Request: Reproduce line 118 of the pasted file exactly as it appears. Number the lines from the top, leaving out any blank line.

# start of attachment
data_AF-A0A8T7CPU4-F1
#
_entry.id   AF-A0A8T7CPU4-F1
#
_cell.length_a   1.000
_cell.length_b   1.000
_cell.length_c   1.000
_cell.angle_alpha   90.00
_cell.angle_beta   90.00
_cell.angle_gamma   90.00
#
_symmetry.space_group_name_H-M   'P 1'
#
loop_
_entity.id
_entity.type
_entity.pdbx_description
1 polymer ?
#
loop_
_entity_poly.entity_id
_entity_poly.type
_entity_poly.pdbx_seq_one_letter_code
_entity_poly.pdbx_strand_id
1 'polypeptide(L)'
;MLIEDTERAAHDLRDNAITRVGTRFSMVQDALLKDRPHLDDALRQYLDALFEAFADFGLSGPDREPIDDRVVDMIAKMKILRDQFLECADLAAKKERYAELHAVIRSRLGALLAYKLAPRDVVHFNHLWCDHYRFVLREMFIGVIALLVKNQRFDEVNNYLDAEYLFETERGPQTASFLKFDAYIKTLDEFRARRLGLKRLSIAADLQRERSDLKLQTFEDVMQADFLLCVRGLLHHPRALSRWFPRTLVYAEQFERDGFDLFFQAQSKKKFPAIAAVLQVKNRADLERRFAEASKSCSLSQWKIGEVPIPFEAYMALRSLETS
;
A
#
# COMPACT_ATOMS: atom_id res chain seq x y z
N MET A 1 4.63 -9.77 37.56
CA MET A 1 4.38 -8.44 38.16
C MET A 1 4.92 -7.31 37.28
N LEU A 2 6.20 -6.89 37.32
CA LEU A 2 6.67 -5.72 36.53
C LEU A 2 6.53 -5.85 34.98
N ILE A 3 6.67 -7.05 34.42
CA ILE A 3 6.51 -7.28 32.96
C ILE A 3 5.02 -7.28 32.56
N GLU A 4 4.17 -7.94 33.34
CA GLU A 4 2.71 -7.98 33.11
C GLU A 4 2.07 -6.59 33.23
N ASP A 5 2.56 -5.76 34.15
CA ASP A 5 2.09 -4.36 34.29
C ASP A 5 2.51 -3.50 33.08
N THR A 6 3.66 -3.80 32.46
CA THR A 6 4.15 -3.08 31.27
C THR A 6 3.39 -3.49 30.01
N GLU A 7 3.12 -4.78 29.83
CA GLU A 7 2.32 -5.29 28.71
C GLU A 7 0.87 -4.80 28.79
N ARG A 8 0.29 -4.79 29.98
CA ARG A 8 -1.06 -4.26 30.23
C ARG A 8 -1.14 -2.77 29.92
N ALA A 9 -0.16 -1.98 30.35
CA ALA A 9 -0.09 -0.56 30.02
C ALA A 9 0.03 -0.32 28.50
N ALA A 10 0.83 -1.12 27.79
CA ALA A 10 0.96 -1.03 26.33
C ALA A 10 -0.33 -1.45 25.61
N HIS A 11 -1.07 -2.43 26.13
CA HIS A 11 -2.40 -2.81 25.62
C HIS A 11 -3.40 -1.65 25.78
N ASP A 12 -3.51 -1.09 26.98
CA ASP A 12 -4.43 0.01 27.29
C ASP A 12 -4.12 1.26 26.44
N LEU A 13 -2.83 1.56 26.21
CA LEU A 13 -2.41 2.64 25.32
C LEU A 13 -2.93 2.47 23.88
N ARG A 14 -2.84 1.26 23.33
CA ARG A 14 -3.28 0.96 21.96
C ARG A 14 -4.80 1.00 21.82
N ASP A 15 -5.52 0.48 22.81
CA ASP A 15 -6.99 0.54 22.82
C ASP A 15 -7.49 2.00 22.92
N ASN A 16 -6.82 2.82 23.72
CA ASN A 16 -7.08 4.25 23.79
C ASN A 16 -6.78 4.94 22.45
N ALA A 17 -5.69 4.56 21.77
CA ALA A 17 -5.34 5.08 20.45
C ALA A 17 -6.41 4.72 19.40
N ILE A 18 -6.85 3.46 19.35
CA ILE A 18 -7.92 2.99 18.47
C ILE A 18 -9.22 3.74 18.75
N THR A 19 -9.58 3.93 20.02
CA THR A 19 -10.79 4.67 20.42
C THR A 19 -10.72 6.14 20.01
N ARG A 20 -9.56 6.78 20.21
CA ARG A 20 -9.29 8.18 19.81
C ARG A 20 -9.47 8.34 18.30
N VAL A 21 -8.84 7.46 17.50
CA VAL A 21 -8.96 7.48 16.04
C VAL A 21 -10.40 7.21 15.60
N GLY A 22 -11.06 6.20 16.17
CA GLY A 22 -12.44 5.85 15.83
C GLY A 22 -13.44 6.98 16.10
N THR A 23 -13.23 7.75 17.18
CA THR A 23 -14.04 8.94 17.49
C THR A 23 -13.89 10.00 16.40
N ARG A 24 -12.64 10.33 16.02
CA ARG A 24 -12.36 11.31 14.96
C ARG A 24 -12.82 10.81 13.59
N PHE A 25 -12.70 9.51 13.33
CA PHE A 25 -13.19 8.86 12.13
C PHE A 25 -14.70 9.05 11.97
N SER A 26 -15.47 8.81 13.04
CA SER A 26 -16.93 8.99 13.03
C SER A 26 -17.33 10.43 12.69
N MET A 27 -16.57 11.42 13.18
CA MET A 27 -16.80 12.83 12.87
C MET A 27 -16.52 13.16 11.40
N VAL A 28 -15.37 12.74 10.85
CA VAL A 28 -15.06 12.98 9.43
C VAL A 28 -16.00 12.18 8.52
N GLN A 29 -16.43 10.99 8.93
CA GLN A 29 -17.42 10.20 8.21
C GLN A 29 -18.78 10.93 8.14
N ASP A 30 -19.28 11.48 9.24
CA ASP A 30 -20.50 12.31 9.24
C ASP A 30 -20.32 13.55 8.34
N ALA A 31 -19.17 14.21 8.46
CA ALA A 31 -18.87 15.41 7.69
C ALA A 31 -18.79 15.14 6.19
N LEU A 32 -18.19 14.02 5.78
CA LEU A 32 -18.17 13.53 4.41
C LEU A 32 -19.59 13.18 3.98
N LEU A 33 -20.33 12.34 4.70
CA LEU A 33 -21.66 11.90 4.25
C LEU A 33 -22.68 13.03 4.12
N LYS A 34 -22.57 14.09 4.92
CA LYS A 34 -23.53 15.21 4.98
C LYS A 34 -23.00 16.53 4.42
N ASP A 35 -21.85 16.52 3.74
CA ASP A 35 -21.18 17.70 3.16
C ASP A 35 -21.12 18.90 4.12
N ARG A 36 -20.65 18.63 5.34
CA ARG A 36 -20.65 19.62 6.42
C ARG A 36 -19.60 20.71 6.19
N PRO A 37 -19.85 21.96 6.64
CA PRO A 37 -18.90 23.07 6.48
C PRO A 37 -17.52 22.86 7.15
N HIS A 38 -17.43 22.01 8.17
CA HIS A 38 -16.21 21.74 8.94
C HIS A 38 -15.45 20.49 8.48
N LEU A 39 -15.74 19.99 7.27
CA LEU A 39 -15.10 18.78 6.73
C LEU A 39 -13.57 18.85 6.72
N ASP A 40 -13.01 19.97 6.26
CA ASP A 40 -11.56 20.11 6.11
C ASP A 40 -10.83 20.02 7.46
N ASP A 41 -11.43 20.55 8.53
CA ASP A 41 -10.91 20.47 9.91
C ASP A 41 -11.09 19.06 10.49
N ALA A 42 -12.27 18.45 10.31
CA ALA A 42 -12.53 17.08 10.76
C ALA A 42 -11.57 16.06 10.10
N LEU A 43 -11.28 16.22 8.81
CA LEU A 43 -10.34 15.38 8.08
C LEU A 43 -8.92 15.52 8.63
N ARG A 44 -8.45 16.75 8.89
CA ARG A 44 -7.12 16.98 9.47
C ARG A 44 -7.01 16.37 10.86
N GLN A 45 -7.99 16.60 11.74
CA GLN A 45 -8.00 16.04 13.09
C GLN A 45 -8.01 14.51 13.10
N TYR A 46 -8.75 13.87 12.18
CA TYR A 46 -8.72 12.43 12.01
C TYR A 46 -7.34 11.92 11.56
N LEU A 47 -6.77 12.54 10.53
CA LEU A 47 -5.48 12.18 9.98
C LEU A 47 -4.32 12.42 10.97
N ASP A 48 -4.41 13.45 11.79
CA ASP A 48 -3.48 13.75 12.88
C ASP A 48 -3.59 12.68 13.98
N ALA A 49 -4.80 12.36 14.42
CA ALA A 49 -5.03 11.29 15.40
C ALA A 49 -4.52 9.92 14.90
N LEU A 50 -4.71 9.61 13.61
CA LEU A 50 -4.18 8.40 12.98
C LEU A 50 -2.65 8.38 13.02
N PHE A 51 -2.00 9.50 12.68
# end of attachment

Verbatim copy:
N ASP A 30 -19.28 11.48 9.24